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Pharmaceutical significance of Schiff bases: an overview


Schiff bases are a diverse group of organic compounds with great pharmaceutical importance due to the presence of carbon–nitrogen double bonds (–C=N–). These compounds are synthesized by the condensation reaction between a primary amine and an aldehyde or ketone in a suitable solvent such as methanol. These compounds have shown antibacterial, antifungal, antiviral, anti-inflammatory, and antioxidant activities, which have garnered the attention of organic chemists in synthesizing these compounds. Recent advances have been summarized in this review paper mainly including compounds with potential antibacterial, antifungal, and antiviral activities. Synthetic schemes are included to provide a better understanding of the Schiff base synthesis mechanism. This review paper will provide a way forward for the pharmaceutical chemist to synthesize new compounds with potential biological activities.

Graphical abstract


Hugo Schiff initially described in 1864, the synthesis of Schiff bases by a condensation reaction between a primary amine and multiple carbonyl compounds [1,2,3,4,5,6]. These Schiff bases are mostly referred to as the azomethine group represented in organic chemistry as RHC=N–R1 [7, 8]. The corresponding alkyl, aryl, or heterocyclic groups can be the R or R1 in Schiff bases. The Schiff bases are mostly referred to as the imines or the azomethine groups in synthetic chemistry [9, 10]. The presence of lone pairs is attributed to its sp2 hybridization as the compound is highly reactive due to carbon and nitrogen atoms. Due to the presence of strong properties like adaptability, simplicity, and functionality, these compounds are of high importance [11, 12]. The significance is of high importance in biological assays that the Schiff bases can form diverse functional groups. An advanced approach to the existing nature of Schiff bases can be helpful nature to tackling the biological gaps and increasing the efficacy of Schiff base drugs [13,14,15,16,17] (Fig. 1).

Fig. 1
figure 1

General structure of Schiff bases

The discovery of Schiff bases dates back to the nineteenth century during which a chemist named “Hugo Schiff” first documented a reaction showing condensation between amines and carbonyl functional groups [13, 18,19,20,21]. In contemporary times, this domain of scientific inquiry about Schiff base coordination chemistry has seen significant growth and expansion [22, 23]. The significance of Schiff base complexes in the fields of material science, biomedical applications, bioinorganic chemistry, encapsulation processes, supramolecular chemistry, catalysis, and separation, and the generation of molecules with exceptional characteristics and structures has been widely acknowledged and extensively examined in the existing literature [24,25,26,27]. The literature has documented the use of Schiff bases derived from salicylaldehydes as agents for regulating plant development, as well as exhibiting antibacterial or antimycotic properties [28,29,30]. Schiff bases have been shown to possess analytical uses as well. The significance of these bases helps explain the difficult mechanisms inside biological systems and gives proper meaning to the imine group activity. These also provide broad-spectrum activity against several species, including Candida, Plasmopora viticola, Trichophyton gypsum, Staphylococcus aureus, Erysiphe graminis, Mycobacterium, Albicans, Bacillus polymyxa, and Escherichia coli [31,32,33,34].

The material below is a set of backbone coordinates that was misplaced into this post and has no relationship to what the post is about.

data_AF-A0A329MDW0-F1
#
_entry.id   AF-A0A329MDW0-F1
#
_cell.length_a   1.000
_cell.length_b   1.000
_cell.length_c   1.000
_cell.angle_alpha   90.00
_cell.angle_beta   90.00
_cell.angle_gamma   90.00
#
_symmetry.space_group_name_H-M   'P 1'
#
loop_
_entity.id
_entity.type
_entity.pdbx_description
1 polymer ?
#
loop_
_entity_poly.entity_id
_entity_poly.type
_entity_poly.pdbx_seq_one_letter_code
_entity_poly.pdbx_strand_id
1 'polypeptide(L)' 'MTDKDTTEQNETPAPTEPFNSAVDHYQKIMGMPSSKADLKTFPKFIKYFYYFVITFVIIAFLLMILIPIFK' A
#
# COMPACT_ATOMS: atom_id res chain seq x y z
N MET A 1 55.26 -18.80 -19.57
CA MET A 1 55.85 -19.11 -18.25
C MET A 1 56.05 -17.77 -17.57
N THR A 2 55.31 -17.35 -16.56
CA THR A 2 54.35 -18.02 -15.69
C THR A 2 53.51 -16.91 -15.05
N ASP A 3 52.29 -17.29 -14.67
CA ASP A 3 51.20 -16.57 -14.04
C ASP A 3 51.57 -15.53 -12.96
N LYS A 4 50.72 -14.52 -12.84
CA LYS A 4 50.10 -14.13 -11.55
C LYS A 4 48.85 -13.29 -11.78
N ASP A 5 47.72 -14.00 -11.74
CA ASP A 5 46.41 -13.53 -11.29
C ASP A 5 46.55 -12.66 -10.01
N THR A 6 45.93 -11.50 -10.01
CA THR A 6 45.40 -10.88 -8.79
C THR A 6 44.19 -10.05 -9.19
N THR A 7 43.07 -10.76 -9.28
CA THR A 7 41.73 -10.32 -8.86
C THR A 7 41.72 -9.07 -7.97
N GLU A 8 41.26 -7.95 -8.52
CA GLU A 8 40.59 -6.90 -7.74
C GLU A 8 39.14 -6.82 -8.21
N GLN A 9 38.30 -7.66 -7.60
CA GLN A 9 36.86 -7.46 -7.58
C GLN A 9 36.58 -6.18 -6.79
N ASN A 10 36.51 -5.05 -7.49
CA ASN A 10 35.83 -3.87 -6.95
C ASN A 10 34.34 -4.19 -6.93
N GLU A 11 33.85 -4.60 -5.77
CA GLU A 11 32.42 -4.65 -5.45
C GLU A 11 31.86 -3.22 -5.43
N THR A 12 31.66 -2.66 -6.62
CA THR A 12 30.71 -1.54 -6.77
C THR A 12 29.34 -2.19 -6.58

Furthermore, the Schiff bases are significant in metal complexes due to their unique ability to form a structure holding transition central metals with the reactants of the condensation reaction as illustrated in the literature for metals like Hg(II), Gd(III), Cu(II), Co(II), Ni(II), Zn(II), Y(III), Al(III), Pb(II), and Ag(II) [35,36,37,38,39,40,41,42,43,44]. Extensive research has been conducted on Schiff bases due to their significant catalytic characteristics. These compounds exhibit catalytic properties when used in the process of hydrogenating olefins. Biomimetic catalytic processes are applicable in several contexts. One intriguing use of Schiff bases is in their utilization as a very efficient corrosion inhibitor, owing to their inherent capability to autonomously generate a monolayer on the targeted surface for protection. Numerous commercial inhibitors often include aldehydes or amines; nevertheless, it is hypothesized that the enhanced efficacy seen in some instances is attributed to the presence of Schiff bases, likely owing to the presence of the C=N link [45,46,47,48]. Chemisorption is the primary mode of combination and the combinatorial mechanism of metals with inhibitors. The inhibitor molecule needs to possess active sites that are capable of establishing chemical connections with the metal surface via the process of electron transfer. In instances of this kind, the metal functions as an electrophile, while the inhibitor assumes the role of a Lewis base. The protective chemical has nucleophilic centers, namely oxygen and nitrogen atoms, that possess unshared electron pairs that are easily accessible for electron sharing. In conjunction with the atoms of the benzene rings, these entities provide several absorption sites for the inhibitor, facilitating the establishment of a stable monolayer [49,50,51]. The biological features of Schiff bases, including their antibacterial and antifungal activity, have been documented in the literature. Metal complexes have garnered significant attention in the scientific community due to their extensive investigation and exploration, primarily owing to their potential use in anticancer and herbicidal contexts. These organisms function as exemplars for species that have significant biological importance [52,53,54,55,56,57,58].